Why, after years of resistance, did Congress pass the Civil Rights Acts of 1964 and 1965?
There are two main reasons why Congress passed the Civil Rights Act of 1964 and the Voting Rights Act of 1965. The first reason was the Civil Rights Movement, most famously led by Martin Luther King, Jr. The second reason was the leadership of President Lyndon B. Johnson and the legacy of President John F. Kennedy.
One reason for the passage of these acts was the fact that President Johnson was a skilled legislative operator and Congress was disposed to want to pass the acts in memory of President Kennedy. When Kennedy was assassinated, Johnson became president. He had been a senator who was known for his ability to get laws passed. It was somewhat easier for him to get these acts passed because members of Congress felt bad about Kennedy's death and were more inclined to pass laws that they felt he would have supported.
Perhaps more importantly, the Civil Rights Movement had created a climate where it was easier to support these laws. Beginning with the Montgomery Bus Boycott in 1955 and 1956, the Civil Rights Movement grew in importance and prominence. It can be said to have peaked with the March on Washington of 1963 in which Dr. King gave his famous "I Have a Dream" speech. The movement helped make many Americans more sympathetic to the idea of civil rights for African Americans. As people came to support the idea of black rights, it became easier for Congress to want to pass laws like the Civil Rights Act and the Voting Rights Act.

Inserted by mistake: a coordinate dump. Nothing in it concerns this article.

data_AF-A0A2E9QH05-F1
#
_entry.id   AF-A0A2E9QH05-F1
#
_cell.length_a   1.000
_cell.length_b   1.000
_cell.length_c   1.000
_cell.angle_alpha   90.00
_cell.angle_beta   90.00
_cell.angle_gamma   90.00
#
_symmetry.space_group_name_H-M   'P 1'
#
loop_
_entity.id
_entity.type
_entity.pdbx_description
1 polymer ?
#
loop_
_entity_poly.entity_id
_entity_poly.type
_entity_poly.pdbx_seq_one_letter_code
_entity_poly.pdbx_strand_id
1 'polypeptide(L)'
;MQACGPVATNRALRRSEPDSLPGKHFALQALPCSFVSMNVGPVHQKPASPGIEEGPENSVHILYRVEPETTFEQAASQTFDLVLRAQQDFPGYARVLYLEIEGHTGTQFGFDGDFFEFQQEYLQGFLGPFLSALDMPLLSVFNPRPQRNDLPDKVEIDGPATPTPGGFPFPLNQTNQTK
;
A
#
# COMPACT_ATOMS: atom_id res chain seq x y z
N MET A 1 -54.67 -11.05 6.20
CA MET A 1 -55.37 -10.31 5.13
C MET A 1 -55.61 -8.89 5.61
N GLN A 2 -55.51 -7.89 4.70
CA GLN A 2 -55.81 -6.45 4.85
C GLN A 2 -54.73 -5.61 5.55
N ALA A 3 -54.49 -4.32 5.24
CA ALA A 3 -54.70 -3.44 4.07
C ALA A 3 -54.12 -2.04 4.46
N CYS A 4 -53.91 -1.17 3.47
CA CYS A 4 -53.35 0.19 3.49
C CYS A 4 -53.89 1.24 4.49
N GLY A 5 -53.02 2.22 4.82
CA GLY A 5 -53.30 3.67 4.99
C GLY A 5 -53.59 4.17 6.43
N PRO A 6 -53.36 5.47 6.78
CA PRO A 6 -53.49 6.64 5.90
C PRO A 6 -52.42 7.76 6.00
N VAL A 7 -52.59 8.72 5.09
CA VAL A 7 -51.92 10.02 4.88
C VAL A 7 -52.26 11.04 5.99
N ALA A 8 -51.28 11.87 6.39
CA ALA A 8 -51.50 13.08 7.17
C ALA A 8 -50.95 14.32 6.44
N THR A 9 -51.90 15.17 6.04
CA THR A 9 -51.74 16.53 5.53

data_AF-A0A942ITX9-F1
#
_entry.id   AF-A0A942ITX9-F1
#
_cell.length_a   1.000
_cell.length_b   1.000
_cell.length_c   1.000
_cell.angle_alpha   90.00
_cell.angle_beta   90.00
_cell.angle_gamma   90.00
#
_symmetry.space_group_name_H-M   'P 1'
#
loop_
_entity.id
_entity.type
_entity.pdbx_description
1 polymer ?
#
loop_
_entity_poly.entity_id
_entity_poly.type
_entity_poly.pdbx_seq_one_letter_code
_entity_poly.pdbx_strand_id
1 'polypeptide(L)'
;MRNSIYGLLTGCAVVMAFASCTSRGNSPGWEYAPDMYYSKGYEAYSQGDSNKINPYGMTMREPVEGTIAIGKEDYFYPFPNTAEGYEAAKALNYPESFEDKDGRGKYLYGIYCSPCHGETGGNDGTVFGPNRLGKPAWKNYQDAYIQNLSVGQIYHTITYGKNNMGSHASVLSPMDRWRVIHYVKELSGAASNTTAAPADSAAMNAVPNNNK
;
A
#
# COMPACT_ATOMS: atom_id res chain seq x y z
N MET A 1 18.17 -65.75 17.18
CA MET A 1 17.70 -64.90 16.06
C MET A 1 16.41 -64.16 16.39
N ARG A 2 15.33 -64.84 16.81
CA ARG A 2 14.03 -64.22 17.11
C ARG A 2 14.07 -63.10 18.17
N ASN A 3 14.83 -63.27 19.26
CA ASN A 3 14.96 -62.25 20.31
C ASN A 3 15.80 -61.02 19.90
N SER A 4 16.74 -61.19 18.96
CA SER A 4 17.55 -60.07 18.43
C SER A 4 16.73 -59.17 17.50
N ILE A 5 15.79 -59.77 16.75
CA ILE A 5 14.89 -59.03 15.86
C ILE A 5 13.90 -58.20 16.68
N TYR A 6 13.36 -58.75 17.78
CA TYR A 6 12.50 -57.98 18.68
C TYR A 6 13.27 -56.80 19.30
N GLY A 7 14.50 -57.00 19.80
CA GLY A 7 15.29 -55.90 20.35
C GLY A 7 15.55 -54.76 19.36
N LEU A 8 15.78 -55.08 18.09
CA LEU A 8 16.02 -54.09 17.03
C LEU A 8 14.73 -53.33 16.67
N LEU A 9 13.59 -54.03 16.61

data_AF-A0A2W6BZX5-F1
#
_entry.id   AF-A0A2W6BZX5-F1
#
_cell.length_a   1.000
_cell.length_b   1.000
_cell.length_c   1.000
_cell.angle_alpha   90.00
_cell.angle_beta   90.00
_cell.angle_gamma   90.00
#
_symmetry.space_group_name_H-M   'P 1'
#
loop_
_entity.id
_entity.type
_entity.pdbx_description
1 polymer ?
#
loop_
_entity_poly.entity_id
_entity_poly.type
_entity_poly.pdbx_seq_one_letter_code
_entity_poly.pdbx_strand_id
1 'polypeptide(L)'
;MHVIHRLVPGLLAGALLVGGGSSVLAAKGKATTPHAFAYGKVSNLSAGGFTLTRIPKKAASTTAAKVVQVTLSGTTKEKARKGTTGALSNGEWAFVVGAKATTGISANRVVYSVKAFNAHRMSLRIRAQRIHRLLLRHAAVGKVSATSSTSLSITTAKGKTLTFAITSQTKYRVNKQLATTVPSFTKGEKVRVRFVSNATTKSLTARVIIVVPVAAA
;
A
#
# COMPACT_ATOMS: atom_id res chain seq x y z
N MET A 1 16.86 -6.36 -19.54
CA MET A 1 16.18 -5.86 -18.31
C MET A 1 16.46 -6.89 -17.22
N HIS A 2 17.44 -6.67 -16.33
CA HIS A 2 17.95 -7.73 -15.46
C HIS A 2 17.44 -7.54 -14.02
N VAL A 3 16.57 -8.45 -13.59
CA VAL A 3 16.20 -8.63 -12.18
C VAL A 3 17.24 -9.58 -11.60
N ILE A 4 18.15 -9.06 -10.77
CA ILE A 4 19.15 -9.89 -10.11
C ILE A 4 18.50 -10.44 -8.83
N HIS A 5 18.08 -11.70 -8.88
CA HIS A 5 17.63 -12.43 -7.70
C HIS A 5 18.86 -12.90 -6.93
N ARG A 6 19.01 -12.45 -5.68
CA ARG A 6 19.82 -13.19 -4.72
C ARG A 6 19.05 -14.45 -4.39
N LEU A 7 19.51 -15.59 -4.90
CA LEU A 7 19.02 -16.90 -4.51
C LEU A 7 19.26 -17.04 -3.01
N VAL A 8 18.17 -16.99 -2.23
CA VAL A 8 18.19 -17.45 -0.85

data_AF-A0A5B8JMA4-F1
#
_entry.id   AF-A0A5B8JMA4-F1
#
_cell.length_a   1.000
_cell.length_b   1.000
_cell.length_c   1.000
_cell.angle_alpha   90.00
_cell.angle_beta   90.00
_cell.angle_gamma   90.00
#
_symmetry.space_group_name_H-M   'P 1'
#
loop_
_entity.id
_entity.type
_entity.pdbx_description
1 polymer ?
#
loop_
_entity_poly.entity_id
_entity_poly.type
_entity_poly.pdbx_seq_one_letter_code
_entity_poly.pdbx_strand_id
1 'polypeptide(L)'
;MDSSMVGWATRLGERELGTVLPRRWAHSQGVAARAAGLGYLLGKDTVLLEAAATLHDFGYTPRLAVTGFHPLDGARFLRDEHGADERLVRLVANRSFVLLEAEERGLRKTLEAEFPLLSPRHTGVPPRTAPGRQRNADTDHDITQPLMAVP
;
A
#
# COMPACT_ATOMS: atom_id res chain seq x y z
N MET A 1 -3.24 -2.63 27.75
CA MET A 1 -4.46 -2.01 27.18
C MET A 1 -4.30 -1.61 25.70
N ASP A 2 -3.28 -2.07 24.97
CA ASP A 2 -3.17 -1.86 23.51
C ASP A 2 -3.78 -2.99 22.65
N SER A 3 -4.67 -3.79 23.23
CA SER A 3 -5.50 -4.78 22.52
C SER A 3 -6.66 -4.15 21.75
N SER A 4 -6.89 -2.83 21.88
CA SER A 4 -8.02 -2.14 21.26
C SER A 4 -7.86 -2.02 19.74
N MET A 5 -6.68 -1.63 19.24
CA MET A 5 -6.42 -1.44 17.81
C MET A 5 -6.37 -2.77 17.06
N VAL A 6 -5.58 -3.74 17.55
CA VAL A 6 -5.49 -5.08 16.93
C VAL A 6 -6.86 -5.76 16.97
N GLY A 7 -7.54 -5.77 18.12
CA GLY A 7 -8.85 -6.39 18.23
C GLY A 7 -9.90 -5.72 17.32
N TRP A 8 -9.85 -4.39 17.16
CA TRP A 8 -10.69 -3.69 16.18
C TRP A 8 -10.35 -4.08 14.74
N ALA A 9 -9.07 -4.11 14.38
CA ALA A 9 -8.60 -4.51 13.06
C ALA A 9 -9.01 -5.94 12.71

Thus, these laws were passed in part because of the Civil Rights Movement and in part because of the skills of President Johnson and the legacy of President Kennedy.